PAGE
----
Best Practices for Feeding Bees with Sugar Water - Bee Friends Farm

Best Practices for Feeding Bees with Sugar Water

Bee Friends Farm Admin1 comment

To make sugar syrup for honey bees, it's important to use standard white processed table sugar, as organic sugar or brown sugar can contain molasses which is not good for the bees' gut. Two common formulas of sugar water used by beekeepers are 1:1 and 2:1.

For 1-2 hives, a standard quart jar can work well. If you want to extend the time between feedings, using a bucket or an internal feeder may be a better option, as they can hold a larger amount of syrup.

It's important to keep in mind that 1:1 sugar syrup can ferment quickly in the Florida heat, so it's best to portion the amount of syrup you provide to only what the bees can consume within 3-5 days. Overfeeding can lead to spoilage and may harm the colony.

Mixing larger batches in a 5-gallon bucket and storing the mixed syrup in a refrigerator is another efficient method for feeding the bees, especially if you have multiple hives. This method can provide a supply of syrup for up to a week. Mixing a 25-pound bag of sugar in a 5-gallon bucket, filling it with water an inch or so from the top, and using a drill to mix until fully dissolved can save time and effort in the long run.

Bees seem to prefer their syrup at ambient temperature, so removing the syrup from the refrigerator a few hours prior to feeding can be beneficial. This can help ensure that the syrup is not too cold, which the bees may not prefer, and can encourage them to take the syrup more readily.

1:1 sugar water is made by mixing equal parts of sugar and water by weight, and is used mostly year-round, unless you live in a very cold climate. This formula is a little cheaper for the beekeeper as it contains less sugar.

2:1 sugar water is made by mixing two parts sugar to one part water by weight, and is used mostly when the bees are low on stores within the hive, particularly when going into the winter months, to help the bees put on weight.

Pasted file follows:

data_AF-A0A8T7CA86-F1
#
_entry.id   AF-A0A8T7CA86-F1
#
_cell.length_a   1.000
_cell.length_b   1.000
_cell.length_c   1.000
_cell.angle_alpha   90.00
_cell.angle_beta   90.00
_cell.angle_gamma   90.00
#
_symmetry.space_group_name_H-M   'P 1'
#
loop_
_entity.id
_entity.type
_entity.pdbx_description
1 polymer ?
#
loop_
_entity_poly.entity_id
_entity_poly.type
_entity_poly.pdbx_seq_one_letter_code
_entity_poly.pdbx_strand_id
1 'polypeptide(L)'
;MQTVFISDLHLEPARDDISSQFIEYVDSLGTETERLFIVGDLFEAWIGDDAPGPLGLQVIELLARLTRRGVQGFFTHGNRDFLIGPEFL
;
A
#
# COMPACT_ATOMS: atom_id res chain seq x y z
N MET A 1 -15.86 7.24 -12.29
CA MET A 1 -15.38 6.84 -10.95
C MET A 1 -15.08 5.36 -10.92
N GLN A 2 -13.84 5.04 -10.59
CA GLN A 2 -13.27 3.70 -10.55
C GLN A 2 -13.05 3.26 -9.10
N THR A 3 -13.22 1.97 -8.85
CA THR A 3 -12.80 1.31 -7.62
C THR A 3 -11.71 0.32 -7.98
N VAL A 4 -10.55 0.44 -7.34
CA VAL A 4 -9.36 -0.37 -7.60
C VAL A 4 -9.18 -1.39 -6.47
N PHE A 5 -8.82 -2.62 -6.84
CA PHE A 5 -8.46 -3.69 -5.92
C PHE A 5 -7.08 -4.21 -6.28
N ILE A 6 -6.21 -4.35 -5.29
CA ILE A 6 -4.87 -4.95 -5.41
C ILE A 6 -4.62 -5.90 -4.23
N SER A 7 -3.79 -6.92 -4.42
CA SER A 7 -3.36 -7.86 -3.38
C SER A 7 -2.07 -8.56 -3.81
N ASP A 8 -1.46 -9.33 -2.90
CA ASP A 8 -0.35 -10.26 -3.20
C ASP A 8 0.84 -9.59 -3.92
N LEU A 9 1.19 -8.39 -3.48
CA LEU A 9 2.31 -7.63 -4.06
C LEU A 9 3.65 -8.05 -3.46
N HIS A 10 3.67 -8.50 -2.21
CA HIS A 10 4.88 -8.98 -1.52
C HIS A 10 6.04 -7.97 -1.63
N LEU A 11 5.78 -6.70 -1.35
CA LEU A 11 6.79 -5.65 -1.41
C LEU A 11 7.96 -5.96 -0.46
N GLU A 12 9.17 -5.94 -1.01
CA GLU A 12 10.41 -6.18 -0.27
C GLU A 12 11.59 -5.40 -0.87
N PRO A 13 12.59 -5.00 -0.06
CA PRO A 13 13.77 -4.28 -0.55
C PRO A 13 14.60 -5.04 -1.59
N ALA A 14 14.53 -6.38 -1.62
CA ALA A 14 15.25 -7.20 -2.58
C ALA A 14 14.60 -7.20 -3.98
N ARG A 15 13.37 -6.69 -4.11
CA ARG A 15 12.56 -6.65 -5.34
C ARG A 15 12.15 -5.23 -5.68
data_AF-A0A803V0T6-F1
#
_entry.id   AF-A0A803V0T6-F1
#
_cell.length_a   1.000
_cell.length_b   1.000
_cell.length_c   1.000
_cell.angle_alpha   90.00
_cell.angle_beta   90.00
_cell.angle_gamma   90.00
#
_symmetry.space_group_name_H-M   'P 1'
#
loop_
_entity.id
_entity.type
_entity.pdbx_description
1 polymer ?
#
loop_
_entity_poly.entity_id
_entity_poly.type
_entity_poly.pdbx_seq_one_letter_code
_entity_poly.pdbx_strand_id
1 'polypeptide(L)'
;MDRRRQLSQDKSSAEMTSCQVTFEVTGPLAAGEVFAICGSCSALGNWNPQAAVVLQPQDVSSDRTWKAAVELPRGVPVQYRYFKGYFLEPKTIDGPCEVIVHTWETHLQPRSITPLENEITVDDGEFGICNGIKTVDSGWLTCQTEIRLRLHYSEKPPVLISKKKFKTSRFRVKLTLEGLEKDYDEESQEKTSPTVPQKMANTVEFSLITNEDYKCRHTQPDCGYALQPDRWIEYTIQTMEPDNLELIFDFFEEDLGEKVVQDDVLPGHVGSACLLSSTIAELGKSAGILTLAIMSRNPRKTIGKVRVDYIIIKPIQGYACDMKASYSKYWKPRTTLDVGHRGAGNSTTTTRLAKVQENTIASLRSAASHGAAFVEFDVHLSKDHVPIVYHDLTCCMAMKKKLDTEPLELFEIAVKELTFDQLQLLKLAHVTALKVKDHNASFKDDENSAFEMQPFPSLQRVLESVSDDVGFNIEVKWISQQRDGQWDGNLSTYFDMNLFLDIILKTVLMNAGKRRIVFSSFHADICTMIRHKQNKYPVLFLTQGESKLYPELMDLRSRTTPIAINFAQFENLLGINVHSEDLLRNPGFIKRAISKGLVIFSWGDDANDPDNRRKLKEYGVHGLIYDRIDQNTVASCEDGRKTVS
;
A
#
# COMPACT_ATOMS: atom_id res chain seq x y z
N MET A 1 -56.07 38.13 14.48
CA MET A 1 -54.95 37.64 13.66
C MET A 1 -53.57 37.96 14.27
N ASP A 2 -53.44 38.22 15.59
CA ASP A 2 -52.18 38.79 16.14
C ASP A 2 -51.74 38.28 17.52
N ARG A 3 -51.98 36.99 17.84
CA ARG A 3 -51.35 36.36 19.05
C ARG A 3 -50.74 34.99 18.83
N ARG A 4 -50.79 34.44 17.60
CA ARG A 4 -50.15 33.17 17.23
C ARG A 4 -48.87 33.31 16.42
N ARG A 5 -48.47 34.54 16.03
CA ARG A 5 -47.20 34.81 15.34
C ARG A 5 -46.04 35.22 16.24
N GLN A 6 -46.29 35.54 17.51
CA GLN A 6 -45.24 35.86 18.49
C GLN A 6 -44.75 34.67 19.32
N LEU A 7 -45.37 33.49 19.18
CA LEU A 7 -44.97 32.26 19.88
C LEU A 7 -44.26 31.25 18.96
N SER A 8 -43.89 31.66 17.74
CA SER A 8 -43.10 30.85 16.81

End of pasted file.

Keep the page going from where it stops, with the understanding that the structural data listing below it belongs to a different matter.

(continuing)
Mixing Instructions:

  1. Fill a standard quart jar 2/3 full of sugar.
  2. Fill the jar with hot tap water, stirring occasionally, until the sugar is completely dissolved.
  3. Secure the lid and shake the jar until the mixture is thoroughly mixed. Let it sit for a few minutes to dissolve any remaining sugar and shake again if needed.
  4. Replace the lid with a feeder lid or make your own by drilling or punching 8-12 small holes (approximately 1/16" diameter) around the middle of the lid.

Tips:

When you invert the jar, some syrup will leak out, so be sure to prevent it from spilling around the hive as it may attract unwanted pests such as ants.
Having two jars per hive can make it easier to rotate the feeding, as the colony may consume as much as one quart of syrup per day.

Early spring is a crucial time for brood rearing, and supplementary syrup can help boost a nuc or a weaker overwintering hive during this time. However, it's important to also monitor the colony's pollen stores, as without a protein source, the syrup alone may not benefit the colony. Bees need both a protein source (pollen) and a carbohydrate source (sugar syrup) to make "bee bread" or food for the developing larvae.

During a nectar flow, the bees will stop taking syrup as they prefer pure nectar over sugar water. Feeding during a nectar flow can contaminate the honey crop, so it's important to avoid feeding syrup during these times. It's best to consult with local beekeepers to determine the timing of these events.

In summary, understanding when to provide supplemental food and monitoring the colony's weight and food stores is important in ensuring the health and survival of the colony. Regular inspections can help you make informed decisions about when and how to provide supplementary food, such as syrup, to the bees.

1 comment

Gene Love Sr.
Gene Love Sr.
Appreciate this article. It is the first definitive explanation of feeding sugar syrup per hive. A very good base to work off of.

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